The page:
The SM-SR communicates with the eUICC using a secure channel on interface ES5 – either SCP80 or SCP81.
In addition the SM-DP will establish an SCP03 or SCP03t secure channel ( ES8 ) which tunnels through the ES3 link between the SM-DP and SM-SR and through the secure ES5 channel between the SM-SR and eUICC.
A key requirement for eUICC’s to operate in a device ( see Annex G of SGP.02 ) is that the device supports Bearer Independent Protocol ( BIP ). This protocol exists only between the device and the eUICC and enables an eUICC to request the device to set up a data session with the SM server. This provides a much faster method of access to the eUICC than SMS. A good explanation of BIP can be found here.
Unfortunately not many devices in the field support BIP. Even though new devices are being designed to incorporate support for BIP, this has severely restricted the adoption of eSIMs
The GSMA Consumer standard ( SGP.22 ) was specified later in than the M2M ( SGP.02 ) version. It consolidates the functionality of the SM-DP and SM-SR into a single component, called the SM-DP+. It’s function is to take the raw profile information from an MNO, personalise it with the appropriate IMSI/Ki pair information, convert it to the appropriate format for an eUICC/eSIM and transmit the profiles to the eUICC/eSIM.
In most cases the Local Profile Assistant ( LPA ) will be present in the device ( LPAd ), in which case the below architecture applies:
It is possible however to also have the LPA in the eUICC ( LPAe )
It is not specified what format should be used to deliver the generic profile from an MNO to an SM-DP or SM-DP+ operator. There are various file formats that can be used to provide the profile e..g UXP, ASN.1 or even a simple Excel spreadsheet. The most commonly used format is UXP as specified by the SIM Alliance. This is called the SIM Profile Mark-up Language and is based on XML.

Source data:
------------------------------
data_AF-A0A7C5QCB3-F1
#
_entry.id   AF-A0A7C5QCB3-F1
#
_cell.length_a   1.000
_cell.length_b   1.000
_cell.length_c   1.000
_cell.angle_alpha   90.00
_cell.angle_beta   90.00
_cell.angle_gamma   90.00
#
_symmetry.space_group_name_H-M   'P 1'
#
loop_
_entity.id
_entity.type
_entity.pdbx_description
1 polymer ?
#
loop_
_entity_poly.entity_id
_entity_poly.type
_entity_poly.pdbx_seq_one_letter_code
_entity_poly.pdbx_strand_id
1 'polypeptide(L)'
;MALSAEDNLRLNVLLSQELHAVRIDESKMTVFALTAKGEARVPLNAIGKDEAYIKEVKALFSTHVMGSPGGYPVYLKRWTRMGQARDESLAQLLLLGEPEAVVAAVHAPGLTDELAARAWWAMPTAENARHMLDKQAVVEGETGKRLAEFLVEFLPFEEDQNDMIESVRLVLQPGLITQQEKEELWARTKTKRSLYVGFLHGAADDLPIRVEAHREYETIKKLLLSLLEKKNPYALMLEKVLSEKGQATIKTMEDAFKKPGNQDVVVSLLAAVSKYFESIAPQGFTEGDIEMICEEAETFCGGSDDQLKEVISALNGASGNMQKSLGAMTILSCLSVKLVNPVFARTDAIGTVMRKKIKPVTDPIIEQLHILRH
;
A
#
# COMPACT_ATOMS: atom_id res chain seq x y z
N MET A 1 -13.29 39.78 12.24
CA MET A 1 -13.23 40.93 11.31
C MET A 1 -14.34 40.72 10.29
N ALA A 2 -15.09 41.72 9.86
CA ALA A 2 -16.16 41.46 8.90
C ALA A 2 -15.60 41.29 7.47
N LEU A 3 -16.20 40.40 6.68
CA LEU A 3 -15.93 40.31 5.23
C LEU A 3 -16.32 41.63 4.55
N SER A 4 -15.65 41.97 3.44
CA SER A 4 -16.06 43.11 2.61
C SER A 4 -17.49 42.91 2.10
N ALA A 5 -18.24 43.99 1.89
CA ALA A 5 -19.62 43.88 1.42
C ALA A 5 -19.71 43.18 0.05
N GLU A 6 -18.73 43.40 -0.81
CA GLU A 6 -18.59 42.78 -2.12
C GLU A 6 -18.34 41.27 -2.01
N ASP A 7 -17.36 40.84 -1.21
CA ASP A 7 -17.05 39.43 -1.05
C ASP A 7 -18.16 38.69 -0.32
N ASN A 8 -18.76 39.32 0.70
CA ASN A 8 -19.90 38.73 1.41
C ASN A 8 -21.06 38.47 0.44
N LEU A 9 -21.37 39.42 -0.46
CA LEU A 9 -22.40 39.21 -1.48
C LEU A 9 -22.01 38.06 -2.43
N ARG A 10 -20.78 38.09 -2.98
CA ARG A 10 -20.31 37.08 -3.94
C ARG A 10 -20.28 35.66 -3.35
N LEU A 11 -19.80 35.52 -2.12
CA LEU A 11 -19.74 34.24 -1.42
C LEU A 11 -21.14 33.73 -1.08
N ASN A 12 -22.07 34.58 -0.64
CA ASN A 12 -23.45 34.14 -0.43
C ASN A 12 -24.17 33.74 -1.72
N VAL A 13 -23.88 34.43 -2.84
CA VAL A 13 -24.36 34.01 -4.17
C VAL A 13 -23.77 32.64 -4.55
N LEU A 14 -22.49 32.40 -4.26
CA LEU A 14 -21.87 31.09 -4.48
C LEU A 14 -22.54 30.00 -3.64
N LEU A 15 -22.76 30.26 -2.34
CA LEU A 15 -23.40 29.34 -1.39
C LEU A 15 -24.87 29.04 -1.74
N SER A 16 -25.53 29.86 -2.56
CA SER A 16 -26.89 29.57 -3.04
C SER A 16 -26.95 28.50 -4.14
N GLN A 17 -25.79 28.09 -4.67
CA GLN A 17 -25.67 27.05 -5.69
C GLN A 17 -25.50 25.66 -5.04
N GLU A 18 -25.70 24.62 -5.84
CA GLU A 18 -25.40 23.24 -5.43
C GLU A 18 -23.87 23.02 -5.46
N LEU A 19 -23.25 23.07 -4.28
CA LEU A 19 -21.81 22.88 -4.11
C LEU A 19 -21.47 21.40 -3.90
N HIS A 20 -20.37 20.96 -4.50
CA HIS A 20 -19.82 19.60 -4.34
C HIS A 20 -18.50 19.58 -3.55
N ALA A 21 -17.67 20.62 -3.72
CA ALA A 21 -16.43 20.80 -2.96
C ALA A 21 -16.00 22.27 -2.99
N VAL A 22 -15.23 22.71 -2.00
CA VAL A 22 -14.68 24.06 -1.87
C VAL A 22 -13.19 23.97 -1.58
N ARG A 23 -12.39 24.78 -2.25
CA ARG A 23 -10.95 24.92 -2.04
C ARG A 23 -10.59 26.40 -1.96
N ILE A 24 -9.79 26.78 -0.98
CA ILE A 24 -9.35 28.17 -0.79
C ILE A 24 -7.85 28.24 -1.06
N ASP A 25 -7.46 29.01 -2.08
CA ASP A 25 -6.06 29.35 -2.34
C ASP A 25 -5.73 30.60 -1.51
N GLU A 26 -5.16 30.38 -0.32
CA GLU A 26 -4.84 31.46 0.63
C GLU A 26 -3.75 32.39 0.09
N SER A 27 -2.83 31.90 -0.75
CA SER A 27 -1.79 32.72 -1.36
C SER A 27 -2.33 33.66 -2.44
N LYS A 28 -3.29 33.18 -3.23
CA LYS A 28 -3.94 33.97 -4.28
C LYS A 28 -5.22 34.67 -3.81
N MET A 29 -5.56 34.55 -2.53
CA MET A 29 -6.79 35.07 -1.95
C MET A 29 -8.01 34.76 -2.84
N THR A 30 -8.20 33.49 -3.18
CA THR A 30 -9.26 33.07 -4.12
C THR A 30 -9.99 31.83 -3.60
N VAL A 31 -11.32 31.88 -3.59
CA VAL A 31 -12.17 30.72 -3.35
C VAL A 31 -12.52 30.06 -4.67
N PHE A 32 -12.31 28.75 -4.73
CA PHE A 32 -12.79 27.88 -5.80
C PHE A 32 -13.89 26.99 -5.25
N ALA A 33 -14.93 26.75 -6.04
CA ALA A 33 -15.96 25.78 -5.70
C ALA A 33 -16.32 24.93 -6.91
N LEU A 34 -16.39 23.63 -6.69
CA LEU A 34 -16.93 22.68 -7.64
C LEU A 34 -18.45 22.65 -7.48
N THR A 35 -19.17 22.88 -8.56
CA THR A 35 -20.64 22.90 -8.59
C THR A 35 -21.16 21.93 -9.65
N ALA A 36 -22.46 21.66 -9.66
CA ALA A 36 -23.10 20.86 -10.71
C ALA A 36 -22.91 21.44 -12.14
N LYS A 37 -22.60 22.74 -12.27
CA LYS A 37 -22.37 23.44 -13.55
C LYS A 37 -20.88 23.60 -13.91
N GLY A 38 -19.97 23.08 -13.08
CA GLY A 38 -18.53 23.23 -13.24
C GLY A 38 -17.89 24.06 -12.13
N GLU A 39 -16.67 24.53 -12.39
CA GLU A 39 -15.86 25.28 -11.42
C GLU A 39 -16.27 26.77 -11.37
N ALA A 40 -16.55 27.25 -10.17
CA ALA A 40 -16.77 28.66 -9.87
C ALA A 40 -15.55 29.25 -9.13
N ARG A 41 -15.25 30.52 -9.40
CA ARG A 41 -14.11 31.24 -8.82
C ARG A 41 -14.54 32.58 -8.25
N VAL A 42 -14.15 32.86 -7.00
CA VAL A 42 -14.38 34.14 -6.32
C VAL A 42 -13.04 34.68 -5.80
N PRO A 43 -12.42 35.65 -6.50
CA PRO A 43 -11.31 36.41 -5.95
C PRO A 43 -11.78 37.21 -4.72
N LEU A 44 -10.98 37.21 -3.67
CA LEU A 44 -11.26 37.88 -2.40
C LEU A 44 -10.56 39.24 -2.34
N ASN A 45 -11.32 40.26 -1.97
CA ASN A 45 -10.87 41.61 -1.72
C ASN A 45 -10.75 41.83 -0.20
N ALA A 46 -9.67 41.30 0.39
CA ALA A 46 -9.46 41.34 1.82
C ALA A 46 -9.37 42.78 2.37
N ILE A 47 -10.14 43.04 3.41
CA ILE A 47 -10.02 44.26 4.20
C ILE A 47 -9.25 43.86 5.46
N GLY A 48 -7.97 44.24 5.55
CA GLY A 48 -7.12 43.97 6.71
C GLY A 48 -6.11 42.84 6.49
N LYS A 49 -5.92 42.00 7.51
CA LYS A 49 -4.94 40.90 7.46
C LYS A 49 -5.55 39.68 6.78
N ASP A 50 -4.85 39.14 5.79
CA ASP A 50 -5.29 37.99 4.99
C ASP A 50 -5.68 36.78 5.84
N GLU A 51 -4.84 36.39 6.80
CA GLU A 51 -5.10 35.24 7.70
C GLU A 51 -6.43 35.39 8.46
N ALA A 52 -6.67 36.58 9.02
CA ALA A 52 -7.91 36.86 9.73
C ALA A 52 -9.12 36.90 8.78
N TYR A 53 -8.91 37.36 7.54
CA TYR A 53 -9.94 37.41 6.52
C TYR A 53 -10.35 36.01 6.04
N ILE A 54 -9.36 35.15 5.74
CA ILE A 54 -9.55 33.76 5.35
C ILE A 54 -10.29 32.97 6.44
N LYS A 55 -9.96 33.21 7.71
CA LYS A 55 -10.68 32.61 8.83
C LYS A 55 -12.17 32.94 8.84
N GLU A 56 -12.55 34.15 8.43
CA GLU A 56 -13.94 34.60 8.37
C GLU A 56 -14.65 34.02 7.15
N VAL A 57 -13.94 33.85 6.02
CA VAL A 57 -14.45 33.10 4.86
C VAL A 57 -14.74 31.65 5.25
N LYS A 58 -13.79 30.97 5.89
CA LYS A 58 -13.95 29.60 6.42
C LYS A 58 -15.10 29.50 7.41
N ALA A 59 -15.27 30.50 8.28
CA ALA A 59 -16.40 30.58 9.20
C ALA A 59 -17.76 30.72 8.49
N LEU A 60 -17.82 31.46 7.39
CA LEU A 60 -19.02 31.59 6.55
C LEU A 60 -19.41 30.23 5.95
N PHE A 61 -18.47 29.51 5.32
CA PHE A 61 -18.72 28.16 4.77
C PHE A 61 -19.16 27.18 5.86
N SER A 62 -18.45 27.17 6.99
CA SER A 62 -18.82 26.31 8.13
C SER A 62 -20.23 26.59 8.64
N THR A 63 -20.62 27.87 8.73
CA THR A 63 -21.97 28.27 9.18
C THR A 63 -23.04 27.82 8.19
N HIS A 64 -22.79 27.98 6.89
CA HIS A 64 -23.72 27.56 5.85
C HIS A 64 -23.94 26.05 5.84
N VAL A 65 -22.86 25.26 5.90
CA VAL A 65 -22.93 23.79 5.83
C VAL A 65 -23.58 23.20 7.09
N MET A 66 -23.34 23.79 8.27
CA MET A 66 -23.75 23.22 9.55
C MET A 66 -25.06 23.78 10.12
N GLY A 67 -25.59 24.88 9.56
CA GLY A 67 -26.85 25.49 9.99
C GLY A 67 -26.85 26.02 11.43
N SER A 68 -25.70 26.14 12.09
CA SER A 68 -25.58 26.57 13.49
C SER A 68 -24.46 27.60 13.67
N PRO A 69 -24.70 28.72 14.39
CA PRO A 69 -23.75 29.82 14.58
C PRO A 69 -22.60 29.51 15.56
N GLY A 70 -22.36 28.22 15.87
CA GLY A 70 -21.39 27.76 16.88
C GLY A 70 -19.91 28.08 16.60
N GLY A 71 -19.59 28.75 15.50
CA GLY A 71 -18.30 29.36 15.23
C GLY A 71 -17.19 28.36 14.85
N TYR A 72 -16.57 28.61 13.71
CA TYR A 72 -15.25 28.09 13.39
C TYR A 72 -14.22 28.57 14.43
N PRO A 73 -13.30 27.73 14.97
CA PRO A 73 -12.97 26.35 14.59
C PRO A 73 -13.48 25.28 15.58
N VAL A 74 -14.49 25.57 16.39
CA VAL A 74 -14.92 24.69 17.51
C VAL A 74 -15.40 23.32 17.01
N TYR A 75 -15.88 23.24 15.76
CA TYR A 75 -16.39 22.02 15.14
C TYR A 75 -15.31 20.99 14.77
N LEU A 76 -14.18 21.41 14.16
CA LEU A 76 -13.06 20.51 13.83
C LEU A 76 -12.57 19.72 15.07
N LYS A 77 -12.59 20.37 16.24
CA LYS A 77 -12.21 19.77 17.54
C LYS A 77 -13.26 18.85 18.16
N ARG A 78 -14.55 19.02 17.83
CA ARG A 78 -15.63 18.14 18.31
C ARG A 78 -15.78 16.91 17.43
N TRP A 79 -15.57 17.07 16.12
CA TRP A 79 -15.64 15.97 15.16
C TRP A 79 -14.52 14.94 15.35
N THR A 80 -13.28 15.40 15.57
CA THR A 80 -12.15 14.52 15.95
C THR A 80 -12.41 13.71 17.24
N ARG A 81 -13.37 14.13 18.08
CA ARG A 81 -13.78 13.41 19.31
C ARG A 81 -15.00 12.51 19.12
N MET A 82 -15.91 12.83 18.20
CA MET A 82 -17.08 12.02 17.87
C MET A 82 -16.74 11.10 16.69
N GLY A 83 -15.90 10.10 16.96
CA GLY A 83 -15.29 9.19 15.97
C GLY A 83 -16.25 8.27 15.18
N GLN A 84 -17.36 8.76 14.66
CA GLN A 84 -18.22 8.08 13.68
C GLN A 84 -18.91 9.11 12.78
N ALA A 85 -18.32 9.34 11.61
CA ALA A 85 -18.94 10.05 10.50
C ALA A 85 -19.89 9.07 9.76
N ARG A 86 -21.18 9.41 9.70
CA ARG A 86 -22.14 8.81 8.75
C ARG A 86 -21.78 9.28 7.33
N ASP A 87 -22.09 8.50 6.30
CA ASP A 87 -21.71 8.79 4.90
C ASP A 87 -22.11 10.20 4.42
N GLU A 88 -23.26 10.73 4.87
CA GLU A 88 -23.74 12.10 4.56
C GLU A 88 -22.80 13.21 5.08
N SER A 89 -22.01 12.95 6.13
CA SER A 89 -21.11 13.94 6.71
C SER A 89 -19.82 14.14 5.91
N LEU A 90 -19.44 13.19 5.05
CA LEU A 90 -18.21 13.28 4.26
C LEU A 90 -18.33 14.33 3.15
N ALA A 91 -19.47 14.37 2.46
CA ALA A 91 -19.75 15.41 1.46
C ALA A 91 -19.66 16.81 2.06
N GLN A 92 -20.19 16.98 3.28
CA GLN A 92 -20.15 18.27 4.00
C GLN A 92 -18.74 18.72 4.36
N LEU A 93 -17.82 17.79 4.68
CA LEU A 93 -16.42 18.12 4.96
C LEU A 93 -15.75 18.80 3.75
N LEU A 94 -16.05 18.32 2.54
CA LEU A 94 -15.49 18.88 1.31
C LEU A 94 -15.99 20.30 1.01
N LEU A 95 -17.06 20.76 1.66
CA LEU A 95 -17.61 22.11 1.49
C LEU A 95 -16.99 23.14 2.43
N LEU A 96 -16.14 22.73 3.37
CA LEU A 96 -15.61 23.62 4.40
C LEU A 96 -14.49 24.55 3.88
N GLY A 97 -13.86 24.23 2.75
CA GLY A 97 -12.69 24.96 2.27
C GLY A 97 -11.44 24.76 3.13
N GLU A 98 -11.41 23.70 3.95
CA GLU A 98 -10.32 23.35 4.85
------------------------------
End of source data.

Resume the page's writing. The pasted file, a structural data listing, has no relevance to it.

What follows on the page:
In addition a file of IMSI/Ki pairs must be generated in order to personalise the generic profile.
ETSI ( group SCPTEC#73 ) have been specifying a standard called Smart Secure Platform ( SSP ). The functional requirements for this standard are outlined in ETSI TS 103 465 and the technical requirements in ETSI TS 103 666. The standards are expected to be published in the next 3 months. The 3GPP anticipate incorporating this standard into Release 15 of their specification. This is the version that specifies 5G.
The ETSI SSP standard defines certain functions which ETSI call ‘bundles’ that can be implemented in the smart card such as eSIM functionality, payment and identity.
It is possible to go further than the current eUICC specifications and implement the eSIM functionality in the baseband modem chip itself. This approach is being referred to as iUICC ( Integrated Universal Integrated Circuit Card ) and is being driven by GSM modem manufacturers such as Qualcomm.
ARM Technology have announced a similar solution that makes use of the TrustZone technology on their SoC ( System On a Chip ) which they are calling iSIM.
GlobalPlatform have signed an MoU with the IoT Connectivity Alliance ( ICA ) to promote the use of their two secure component technologies, Secure Element (SE) and Trusted Execution Environment (TEE) in an IoT environment. It is envisaged that their Virtual Private Platform ( VPP ), details of which can be obtained here.
The GSMA have a working goup looking at specifying an iUICC solution.
There are various bodies involved in the certification of the different elements involved in eSIM applications.